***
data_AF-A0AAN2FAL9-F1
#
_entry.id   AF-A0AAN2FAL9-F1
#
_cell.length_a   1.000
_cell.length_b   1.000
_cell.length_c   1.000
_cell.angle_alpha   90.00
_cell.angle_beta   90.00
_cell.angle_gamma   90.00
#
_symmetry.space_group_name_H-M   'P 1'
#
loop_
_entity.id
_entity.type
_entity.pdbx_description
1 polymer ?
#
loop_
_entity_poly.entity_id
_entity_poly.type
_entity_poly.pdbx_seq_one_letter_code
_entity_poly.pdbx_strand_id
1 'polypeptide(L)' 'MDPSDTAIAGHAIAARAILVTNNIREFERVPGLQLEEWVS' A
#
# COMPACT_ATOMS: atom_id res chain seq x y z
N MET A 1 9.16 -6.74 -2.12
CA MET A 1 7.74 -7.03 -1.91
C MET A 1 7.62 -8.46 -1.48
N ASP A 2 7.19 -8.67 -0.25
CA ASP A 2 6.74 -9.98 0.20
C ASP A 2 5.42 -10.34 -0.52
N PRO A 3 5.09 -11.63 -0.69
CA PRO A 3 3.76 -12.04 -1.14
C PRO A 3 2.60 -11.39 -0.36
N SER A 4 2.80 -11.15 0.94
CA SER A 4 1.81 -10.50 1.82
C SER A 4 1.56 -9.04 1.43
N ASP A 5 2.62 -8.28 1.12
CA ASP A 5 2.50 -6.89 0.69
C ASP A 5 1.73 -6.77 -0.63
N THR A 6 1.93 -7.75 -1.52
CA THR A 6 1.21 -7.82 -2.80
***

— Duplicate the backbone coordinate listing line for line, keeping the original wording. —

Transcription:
data_AF-A0AAN2FAL9-F1
#
_entry.id   AF-A0AAN2FAL9-F1
#
_cell.length_a   1.000
_cell.length_b   1.000
_cell.length_c   1.000
_cell.angle_alpha   90.00
_cell.angle_beta   90.00
_cell.angle_gamma   90.00
#
_symmetry.space_group_name_H-M   'P 1'
#
loop_
_entity.id
_entity.type
_entity.pdbx_description
1 polymer ?
#
loop_
_entity_poly.entity_id
_entity_poly.type
_entity_poly.pdbx_seq_one_letter_code
_entity_poly.pdbx_strand_id
1 'polypeptide(L)' 'MDPSDTAIAGHAIAARAILVTNNIREFERVPGLQLEEWVS' A
#
# COMPACT_ATOMS: atom_id res chain seq x y z
N MET A 1 9.16 -6.74 -2.12
CA MET A 1 7.74 -7.03 -1.91
C MET A 1 7.62 -8.46 -1.48
N ASP A 2 7.19 -8.67 -0.25
CA ASP A 2 6.74 -9.98 0.20
C ASP A 2 5.42 -10.34 -0.52
N PRO A 3 5.09 -11.63 -0.69
CA PRO A 3 3.76 -12.04 -1.14
C PRO A 3 2.60 -11.39 -0.36
N SER A 4 2.80 -11.15 0.94
CA SER A 4 1.81 -10.50 1.82
C SER A 4 1.56 -9.04 1.43
N ASP A 5 2.62 -8.28 1.12
CA ASP A 5 2.50 -6.89 0.69
C ASP A 5 1.73 -6.77 -0.63
N THR A 6 1.93 -7.75 -1.52
CA THR A 6 1.21 -7.82 -2.80